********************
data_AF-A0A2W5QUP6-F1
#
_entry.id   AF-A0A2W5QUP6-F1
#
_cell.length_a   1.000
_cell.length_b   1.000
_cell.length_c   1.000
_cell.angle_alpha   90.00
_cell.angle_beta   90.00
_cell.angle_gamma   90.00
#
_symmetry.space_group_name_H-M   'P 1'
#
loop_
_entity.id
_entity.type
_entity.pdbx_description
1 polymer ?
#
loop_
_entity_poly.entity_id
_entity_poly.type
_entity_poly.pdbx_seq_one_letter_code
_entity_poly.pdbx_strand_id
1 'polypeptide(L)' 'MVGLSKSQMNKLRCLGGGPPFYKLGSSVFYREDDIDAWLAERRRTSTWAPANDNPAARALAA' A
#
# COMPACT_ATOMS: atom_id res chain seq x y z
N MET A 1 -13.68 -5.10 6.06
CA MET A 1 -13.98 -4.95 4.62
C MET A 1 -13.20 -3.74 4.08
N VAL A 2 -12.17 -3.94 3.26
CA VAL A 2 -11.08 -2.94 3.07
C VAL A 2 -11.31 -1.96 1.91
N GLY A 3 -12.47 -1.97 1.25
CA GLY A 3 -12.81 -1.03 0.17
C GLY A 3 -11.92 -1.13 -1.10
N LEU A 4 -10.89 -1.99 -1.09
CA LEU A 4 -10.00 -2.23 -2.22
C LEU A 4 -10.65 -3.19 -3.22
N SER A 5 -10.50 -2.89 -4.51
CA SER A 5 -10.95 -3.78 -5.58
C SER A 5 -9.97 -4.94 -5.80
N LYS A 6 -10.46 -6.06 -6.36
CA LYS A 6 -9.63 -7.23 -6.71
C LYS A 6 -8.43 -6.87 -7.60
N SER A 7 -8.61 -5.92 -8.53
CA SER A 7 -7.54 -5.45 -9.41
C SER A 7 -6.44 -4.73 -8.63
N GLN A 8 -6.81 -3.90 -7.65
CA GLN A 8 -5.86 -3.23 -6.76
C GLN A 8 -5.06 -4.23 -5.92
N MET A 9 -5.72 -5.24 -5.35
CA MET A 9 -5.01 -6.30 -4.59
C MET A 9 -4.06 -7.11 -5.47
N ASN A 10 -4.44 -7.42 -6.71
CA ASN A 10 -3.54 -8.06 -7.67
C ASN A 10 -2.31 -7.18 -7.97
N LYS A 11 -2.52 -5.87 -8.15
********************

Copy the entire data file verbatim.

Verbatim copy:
data_AF-A0A2W5QUP6-F1
#
_entry.id   AF-A0A2W5QUP6-F1
#
_cell.length_a   1.000
_cell.length_b   1.000
_cell.length_c   1.000
_cell.angle_alpha   90.00
_cell.angle_beta   90.00
_cell.angle_gamma   90.00
#
_symmetry.space_group_name_H-M   'P 1'
#
loop_
_entity.id
_entity.type
_entity.pdbx_description
1 polymer ?
#
loop_
_entity_poly.entity_id
_entity_poly.type
_entity_poly.pdbx_seq_one_letter_code
_entity_poly.pdbx_strand_id
1 'polypeptide(L)' 'MVGLSKSQMNKLRCLGGGPPFYKLGSSVFYREDDIDAWLAERRRTSTWAPANDNPAARALAA' A
#
# COMPACT_ATOMS: atom_id res chain seq x y z
N MET A 1 -13.68 -5.10 6.06
CA MET A 1 -13.98 -4.95 4.62
C MET A 1 -13.20 -3.74 4.08
N VAL A 2 -12.17 -3.94 3.26
CA VAL A 2 -11.08 -2.94 3.07
C VAL A 2 -11.31 -1.96 1.91
N GLY A 3 -12.47 -1.97 1.25
CA GLY A 3 -12.81 -1.03 0.17
C GLY A 3 -11.92 -1.13 -1.10
N LEU A 4 -10.89 -1.99 -1.09
CA LEU A 4 -10.00 -2.23 -2.22
C LEU A 4 -10.65 -3.19 -3.22
N SER A 5 -10.50 -2.89 -4.51
CA SER A 5 -10.95 -3.78 -5.58
C SER A 5 -9.97 -4.94 -5.80
N LYS A 6 -10.46 -6.06 -6.36
CA LYS A 6 -9.63 -7.23 -6.71
C LYS A 6 -8.43 -6.87 -7.60
N SER A 7 -8.61 -5.92 -8.53
CA SER A 7 -7.54 -5.45 -9.41
C SER A 7 -6.44 -4.73 -8.63
N GLN A 8 -6.81 -3.90 -7.65
CA GLN A 8 -5.86 -3.23 -6.76
C GLN A 8 -5.06 -4.23 -5.92
N MET A 9 -5.72 -5.24 -5.35
CA MET A 9 -5.01 -6.30 -4.59
C MET A 9 -4.06 -7.11 -5.47
N ASN A 10 -4.44 -7.42 -6.71
CA ASN A 10 -3.54 -8.06 -7.67
C ASN A 10 -2.31 -7.18 -7.97
N LYS A 11 -2.52 -5.87 -8.15